Saturday, 21 January 2012

Galicia offers attractive alternatives.

19:17 |

Since the Middle Ages, the Catholic faithful have flocked to Galicia in the far northwest of Spain to worship at the shrine of St. James in Santiago de Compostela.But a new sort of pilgrimage to Galicia is under way, this one prompted by the excellent potential of the region’s vineyards. As travelers along the Way of St. James know, Galicia can be a forbidding place. Before reaching Santiago, they have to cross mountainous badlands where temperatures can dip well below freezing. On the coast, the landscape turns green and fertile — thanks to torrential rains that can roll in off the Atlantic at any time.

But vines are hardy, often producing the best wines in extreme conditions. Those of Galicia are decidedly different from the stereotypical Spanish wines, those that ripen under a powerful Mediterranean sun, which packs them full of fruit and alcohol.

Rather than power, the wines of Galicia display a lively freshness and considerable elegance. They tend to be medium-bodied, with no more than 12 percent or 13 percent alcohol — unusually low at a time when reds with 16 percent are not uncommon and even whites sometimes top 14 percent. And they often contain a streak of what growers call “minerality” — a nebulous term that, to me, means the fruit doesn’t mask a sense of place.

As consumers grow weary of so-called blockbusters — big wines of indeterminate origin that stain your palate and leave you too dazed to drink a second glass — Galicia offers attractive alternatives.

“For people who say there are only blockbuster wines in Spain, this is the answer,” said Wim Van Leuven, an importer in Mol, Belgium, who specializes in Spanish wines. “It’s really the Atlantic side of winemaking in Spain.”

He added: “Galicia is like a laboratory for the new Spanish generation, even though you can’t make these kinds of wines elsewhere in Spain.”

One of the newcomers, Rafael Palacios, is a member of one of the proudest winemaking families in Spain, with its roots in the country’s best-known wine region, Rioja. An older brother, Alvaro, was the key figure in an earlier Spanish winemaking renaissance, in the 1990s, when he started making world-class reds in the Priorat region of Catalonia.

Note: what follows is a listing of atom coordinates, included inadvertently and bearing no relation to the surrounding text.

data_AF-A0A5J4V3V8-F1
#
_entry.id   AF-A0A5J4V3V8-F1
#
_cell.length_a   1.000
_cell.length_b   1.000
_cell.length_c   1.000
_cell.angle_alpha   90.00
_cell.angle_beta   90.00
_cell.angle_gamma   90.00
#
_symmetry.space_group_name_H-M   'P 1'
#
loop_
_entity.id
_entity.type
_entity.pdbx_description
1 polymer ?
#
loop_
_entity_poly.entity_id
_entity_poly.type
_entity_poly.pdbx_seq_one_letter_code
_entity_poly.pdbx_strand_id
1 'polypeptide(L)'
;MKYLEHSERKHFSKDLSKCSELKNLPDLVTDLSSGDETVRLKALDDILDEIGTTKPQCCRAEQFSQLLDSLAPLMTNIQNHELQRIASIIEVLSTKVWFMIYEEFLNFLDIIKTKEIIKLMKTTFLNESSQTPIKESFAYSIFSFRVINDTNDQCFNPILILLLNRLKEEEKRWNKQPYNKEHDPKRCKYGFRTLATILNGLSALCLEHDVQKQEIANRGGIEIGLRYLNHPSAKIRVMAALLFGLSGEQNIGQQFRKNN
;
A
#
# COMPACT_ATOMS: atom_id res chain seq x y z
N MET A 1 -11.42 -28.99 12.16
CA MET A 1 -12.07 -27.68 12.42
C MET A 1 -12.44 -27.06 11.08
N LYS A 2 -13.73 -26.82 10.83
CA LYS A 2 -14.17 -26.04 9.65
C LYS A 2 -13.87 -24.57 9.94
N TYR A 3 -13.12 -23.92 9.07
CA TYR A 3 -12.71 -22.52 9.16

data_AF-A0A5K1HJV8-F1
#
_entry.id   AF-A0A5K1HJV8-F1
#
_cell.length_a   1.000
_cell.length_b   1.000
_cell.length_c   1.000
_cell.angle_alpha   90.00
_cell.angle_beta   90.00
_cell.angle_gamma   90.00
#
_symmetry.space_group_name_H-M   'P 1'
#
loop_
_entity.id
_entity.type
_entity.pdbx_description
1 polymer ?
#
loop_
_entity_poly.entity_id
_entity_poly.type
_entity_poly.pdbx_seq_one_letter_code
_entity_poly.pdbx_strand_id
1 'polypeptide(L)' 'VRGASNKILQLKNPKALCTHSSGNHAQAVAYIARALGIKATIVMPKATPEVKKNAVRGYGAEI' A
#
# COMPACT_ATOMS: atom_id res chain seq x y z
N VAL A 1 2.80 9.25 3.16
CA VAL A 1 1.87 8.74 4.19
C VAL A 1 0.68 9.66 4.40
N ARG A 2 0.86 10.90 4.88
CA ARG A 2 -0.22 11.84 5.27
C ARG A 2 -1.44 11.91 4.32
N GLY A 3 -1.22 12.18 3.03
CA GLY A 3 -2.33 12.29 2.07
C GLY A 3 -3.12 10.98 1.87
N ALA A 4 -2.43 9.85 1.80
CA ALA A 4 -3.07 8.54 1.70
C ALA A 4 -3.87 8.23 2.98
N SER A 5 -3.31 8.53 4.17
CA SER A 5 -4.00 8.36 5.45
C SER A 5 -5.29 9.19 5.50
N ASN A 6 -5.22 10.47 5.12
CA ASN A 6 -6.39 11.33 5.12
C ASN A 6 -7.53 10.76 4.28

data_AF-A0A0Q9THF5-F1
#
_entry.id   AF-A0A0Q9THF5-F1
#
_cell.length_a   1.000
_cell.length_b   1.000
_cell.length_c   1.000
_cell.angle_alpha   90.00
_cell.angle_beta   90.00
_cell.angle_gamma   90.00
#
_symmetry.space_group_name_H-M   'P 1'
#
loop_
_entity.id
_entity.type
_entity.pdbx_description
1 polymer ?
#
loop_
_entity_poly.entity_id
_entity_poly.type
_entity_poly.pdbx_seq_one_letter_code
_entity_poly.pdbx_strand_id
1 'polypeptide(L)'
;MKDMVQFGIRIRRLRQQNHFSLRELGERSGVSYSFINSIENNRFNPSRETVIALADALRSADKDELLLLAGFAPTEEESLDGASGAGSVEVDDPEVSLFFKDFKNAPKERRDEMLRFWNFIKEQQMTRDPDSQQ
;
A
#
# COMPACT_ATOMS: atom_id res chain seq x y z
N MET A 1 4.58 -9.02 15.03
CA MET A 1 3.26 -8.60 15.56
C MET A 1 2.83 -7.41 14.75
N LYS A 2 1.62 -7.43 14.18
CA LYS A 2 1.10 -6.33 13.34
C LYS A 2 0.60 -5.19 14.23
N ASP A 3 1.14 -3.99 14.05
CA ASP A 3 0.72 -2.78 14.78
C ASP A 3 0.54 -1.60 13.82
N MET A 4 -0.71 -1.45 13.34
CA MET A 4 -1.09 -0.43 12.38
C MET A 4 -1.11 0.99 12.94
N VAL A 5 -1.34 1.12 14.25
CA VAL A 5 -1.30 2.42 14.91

When Rafael Palacios saw the vineyards around O Bolo, a village in the rugged eastern stretches of Galicia, he saw a similar opportunity to raise the profile of the white wines of Spain.

Perched on precipitous slopes at altitudes of 800 meters or so, around 2,600 feet, these are among the most strikingly beautiful vineyards in Europe. They are also extremely difficult to work, requiring the construction and maintenance of an elaborate system of terraces to protect the soil against erosion. Over the years, many growers who were unable to make much of a living from wine had abandoned their vines.

But Mr. Palacios was convinced that he could make great wine here from the godello grape, a variety that is native to the mountains of Galicia. Godello is what is known as a “neutral” variety, without strong fruit flavors. Instead, in the hands of a skilled winemaker, it is a medium for the terroir to express itself.

After overcoming the suspicions of the locals, who saw Mr. Palacios as an outsider, he started buying up vineyards in O Bolo, the highest part of a wine-growing region called Valdeorras. Many of them contain old vines, which produce the most characterful wine; their gnarly beauty seems like a permanent feature of the craggy landscape.

Mr. Palacios set up his bodega, or winery, in 2004, and he now makes three wines, including an entry-level bottling and a premium offering that blends grapes from several top sites. With the 2009 vintage, he added a third wine, called Sorte O Soro, using grapes sourced solely from his favorite vineyard, near the highest point in O Bolo. (Sorte means “lot” in Galician.)

Tasting Sorte O Soro, which will not be available commercially until the spring, was a bit like spending a day in these vineyards. It is intensely flavored, with a structure and breadth reminiscent of good white Burgundy — a bit like the feel of the afternoon sun at these high altitudes.

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